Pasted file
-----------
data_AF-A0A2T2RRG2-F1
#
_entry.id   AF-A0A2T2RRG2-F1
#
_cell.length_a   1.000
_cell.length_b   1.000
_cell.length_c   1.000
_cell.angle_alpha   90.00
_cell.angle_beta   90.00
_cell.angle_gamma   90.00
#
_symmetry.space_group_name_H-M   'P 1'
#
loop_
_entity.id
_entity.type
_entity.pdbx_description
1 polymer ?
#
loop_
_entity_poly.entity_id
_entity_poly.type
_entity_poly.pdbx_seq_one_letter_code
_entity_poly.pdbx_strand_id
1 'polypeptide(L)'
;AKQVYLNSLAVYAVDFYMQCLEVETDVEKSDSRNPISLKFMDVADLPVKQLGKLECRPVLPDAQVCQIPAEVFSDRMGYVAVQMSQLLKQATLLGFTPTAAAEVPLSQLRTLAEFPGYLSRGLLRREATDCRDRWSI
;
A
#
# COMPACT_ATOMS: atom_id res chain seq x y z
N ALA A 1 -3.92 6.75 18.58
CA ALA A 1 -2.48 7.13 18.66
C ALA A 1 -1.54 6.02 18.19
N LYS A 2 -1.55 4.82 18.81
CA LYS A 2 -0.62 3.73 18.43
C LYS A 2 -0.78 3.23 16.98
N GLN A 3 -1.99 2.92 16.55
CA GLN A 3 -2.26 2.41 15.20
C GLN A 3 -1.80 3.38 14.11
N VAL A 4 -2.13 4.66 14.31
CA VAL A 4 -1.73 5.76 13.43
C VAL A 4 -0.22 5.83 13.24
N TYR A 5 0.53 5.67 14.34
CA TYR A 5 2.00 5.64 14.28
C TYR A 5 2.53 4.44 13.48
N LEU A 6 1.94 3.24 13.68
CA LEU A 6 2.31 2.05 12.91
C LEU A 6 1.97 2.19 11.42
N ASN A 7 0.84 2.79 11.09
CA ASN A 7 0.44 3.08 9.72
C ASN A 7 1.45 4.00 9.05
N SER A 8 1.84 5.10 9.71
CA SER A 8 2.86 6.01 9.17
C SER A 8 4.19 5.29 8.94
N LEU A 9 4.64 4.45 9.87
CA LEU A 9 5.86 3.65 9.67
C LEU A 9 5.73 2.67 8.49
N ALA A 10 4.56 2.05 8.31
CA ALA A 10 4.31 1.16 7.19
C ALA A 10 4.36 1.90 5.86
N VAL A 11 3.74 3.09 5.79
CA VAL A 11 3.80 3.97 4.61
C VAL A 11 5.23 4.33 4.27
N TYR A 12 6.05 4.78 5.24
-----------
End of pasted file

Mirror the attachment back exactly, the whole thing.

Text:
data_AF-A0A2T2RRG2-F1
#
_entry.id   AF-A0A2T2RRG2-F1
#
_cell.length_a   1.000
_cell.length_b   1.000
_cell.length_c   1.000
_cell.angle_alpha   90.00
_cell.angle_beta   90.00
_cell.angle_gamma   90.00
#
_symmetry.space_group_name_H-M   'P 1'
#
loop_
_entity.id
_entity.type
_entity.pdbx_description
1 polymer ?
#
loop_
_entity_poly.entity_id
_entity_poly.type
_entity_poly.pdbx_seq_one_letter_code
_entity_poly.pdbx_strand_id
1 'polypeptide(L)'
;AKQVYLNSLAVYAVDFYMQCLEVETDVEKSDSRNPISLKFMDVADLPVKQLGKLECRPVLPDAQVCQIPAEVFSDRMGYVAVQMSQLLKQATLLGFTPTAAAEVPLSQLRTLAEFPGYLSRGLLRREATDCRDRWSI
;
A
#
# COMPACT_ATOMS: atom_id res chain seq x y z
N ALA A 1 -3.92 6.75 18.58
CA ALA A 1 -2.48 7.13 18.66
C ALA A 1 -1.54 6.02 18.19
N LYS A 2 -1.55 4.82 18.81
CA LYS A 2 -0.62 3.73 18.43
C LYS A 2 -0.78 3.23 16.98
N GLN A 3 -1.99 2.92 16.55
CA GLN A 3 -2.26 2.41 15.20
C GLN A 3 -1.80 3.38 14.11
N VAL A 4 -2.13 4.66 14.31
CA VAL A 4 -1.73 5.76 13.43
C VAL A 4 -0.22 5.83 13.24
N TYR A 5 0.53 5.67 14.34
CA TYR A 5 2.00 5.64 14.28
C TYR A 5 2.53 4.44 13.48
N LEU A 6 1.94 3.24 13.68
CA LEU A 6 2.31 2.05 12.91
C LEU A 6 1.97 2.19 11.42
N ASN A 7 0.84 2.79 11.09
CA ASN A 7 0.44 3.08 9.72
C ASN A 7 1.45 4.00 9.05
N SER A 8 1.84 5.10 9.71
CA SER A 8 2.86 6.01 9.17
C SER A 8 4.19 5.29 8.94
N LEU A 9 4.64 4.45 9.87
CA LEU A 9 5.86 3.65 9.67
C LEU A 9 5.73 2.67 8.49
N ALA A 10 4.56 2.05 8.31
CA ALA A 10 4.31 1.16 7.19
C ALA A 10 4.36 1.90 5.86
N VAL A 11 3.74 3.09 5.79
CA VAL A 11 3.80 3.97 4.61
C VAL A 11 5.23 4.33 4.27
N TYR A 12 6.05 4.78 5.24